Natural SARS-CoV-2 infection induces more durable immunity than vaccination study suggests

In a report currently available on the bioRxiv* preprint server, scientists from the USA have demonstrated that immunity induced by mRNA-based coronavirus disease 2019 (COVID-19) vaccines in previously severe acute respiratory syndrome coronavirus 2 (SARS-CoV-2)-infected people has the highest robustness and durability with cross-reactivity against different viral variants.

Study: Differential antibody dynamics to SARS-CoV-2 infection and vaccination. Image Credit: Andrii Vodolazhskyi/ ShutterstockStudy: Differential antibody dynamics to SARS-CoV-2 infection and vaccination. Image Credit: Andrii Vodolazhskyi/ Shutterstock

Background

The mRNA-based COVID-19 vaccines developed by Pfizer/BioNTech and Moderna have shown more than 90% efficacy in preventing severe disease. These vaccines contain spike protein of the original Wuhan strain of SARS-CoV-2. Thus, there remains a risk of attenuated vaccine efficacy against newly emerging variants with mutated spike proteins. Moreover, the global appearance of vaccine-breakthrough infections further questions the durability of vaccine efficacy in real-world situations. Thus, it is important to identify factors responsible for a robust and durable humoral immunity to gain maximum benefits from vaccination.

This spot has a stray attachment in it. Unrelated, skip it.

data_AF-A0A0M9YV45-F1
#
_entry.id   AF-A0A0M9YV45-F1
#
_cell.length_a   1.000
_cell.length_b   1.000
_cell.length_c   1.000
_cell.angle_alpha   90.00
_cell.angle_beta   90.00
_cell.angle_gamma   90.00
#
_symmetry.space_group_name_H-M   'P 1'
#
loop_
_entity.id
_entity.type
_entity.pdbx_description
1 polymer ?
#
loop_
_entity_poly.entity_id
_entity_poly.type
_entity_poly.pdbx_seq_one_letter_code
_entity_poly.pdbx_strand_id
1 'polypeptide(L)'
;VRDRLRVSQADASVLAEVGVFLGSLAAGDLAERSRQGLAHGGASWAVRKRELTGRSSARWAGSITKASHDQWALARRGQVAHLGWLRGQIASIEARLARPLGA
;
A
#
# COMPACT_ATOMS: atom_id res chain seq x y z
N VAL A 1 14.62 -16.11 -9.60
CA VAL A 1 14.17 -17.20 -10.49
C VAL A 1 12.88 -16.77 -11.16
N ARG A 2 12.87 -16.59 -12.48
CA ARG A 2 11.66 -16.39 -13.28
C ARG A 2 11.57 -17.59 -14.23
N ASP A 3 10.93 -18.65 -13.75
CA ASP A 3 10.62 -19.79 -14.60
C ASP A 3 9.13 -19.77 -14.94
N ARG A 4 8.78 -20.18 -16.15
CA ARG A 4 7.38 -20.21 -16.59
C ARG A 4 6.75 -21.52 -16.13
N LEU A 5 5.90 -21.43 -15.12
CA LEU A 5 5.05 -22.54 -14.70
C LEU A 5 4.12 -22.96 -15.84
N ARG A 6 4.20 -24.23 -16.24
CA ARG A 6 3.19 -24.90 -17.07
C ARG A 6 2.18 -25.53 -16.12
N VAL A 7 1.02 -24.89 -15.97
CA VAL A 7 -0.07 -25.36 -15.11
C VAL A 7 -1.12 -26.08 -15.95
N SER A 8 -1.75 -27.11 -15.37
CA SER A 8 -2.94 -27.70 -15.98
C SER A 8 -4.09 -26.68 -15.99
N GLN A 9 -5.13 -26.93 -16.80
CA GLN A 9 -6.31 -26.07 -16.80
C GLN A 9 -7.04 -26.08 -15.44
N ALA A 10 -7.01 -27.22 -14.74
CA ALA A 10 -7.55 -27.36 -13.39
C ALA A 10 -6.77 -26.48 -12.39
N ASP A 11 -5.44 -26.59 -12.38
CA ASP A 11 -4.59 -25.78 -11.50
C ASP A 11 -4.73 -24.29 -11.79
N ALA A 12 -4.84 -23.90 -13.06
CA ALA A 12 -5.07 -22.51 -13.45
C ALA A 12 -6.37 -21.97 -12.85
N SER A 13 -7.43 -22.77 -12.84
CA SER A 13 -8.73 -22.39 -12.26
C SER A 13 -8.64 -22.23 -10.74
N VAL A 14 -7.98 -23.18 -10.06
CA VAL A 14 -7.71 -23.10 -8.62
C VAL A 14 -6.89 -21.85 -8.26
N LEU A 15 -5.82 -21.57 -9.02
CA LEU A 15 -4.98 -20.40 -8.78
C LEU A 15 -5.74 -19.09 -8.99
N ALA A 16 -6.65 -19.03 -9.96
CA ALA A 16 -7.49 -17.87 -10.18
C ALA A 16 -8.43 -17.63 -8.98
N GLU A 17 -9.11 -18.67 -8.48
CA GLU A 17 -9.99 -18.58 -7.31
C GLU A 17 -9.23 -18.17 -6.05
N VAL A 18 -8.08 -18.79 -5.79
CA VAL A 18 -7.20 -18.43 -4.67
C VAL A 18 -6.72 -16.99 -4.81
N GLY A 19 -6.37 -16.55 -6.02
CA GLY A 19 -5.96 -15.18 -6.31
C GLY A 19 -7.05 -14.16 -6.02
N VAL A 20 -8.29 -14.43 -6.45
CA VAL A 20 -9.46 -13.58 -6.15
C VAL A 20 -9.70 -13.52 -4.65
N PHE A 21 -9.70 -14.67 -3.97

In the current study, the scientists have characterized the robustness, durability, and cross-reactivity of antibody response induced by natural SARS-CoV-2 infection and mRNA-based COVID-19 vaccination. Moreover, they have tested the antibody dynamics in vaccinated people who were previously infected with SARS-CoV-2.

A preprint version of the study is available on the bioRxiv* server while the article undergoes peer review.

Immunity induced by infection and vaccination

To understand the impact of prior infection on vaccination, the scientists determined the dynamics of anti-spike and anti-receptor binding domain (RBD) IgG antibodies in three groups of individuals: 1) COVID-19 recovered individuals without vaccination; 2) COVID-19 recovered individuals with vaccination, and 3) vaccinated individuals without previous infection.